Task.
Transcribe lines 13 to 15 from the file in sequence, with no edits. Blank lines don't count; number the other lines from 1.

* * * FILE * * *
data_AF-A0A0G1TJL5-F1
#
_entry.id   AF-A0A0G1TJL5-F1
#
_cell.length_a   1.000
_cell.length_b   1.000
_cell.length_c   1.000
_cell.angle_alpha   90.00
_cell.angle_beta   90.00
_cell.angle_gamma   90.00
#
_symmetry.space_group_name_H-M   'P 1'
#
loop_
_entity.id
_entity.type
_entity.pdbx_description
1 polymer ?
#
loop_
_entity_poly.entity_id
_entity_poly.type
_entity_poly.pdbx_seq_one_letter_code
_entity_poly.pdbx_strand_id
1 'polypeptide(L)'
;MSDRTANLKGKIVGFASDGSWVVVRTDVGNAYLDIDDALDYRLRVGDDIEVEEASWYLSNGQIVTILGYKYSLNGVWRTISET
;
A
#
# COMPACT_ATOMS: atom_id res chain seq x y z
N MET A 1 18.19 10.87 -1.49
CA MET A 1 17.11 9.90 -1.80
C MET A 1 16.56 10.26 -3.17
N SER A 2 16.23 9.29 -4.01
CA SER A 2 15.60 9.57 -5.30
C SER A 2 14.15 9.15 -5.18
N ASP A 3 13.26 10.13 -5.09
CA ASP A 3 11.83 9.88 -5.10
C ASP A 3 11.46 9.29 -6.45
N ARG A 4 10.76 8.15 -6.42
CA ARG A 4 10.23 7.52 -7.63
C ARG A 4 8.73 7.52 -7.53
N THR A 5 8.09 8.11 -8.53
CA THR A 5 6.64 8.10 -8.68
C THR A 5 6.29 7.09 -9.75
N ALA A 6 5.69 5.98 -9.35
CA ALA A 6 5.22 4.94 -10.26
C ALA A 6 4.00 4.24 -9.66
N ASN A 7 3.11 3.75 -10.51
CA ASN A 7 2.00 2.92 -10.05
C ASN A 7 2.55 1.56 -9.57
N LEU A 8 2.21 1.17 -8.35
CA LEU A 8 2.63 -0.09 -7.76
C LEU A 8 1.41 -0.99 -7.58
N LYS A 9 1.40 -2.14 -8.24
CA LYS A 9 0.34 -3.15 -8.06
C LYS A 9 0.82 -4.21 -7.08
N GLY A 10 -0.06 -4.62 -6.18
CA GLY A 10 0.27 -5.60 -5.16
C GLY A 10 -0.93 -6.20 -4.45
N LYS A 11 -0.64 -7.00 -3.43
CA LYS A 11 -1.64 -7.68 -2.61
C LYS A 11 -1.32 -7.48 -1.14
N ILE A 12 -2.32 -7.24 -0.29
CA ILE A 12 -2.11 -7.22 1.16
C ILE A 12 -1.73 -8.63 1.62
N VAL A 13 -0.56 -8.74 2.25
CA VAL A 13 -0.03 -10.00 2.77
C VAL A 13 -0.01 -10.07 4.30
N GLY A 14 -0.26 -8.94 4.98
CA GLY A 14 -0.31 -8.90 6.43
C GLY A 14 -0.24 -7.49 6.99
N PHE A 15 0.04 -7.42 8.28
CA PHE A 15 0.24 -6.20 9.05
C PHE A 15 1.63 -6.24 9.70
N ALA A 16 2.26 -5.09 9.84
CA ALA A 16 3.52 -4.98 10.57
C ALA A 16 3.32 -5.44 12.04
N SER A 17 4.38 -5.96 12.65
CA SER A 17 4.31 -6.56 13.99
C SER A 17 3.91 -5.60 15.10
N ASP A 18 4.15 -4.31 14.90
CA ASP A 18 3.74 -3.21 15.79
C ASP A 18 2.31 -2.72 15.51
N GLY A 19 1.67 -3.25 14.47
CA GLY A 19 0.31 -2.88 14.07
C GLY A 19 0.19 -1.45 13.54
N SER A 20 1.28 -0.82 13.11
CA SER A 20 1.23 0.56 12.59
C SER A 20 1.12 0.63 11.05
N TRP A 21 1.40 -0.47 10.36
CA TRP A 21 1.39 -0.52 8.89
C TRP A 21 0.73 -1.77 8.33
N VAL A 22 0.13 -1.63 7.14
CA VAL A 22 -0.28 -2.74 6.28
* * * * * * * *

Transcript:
#
loop_
_entity.id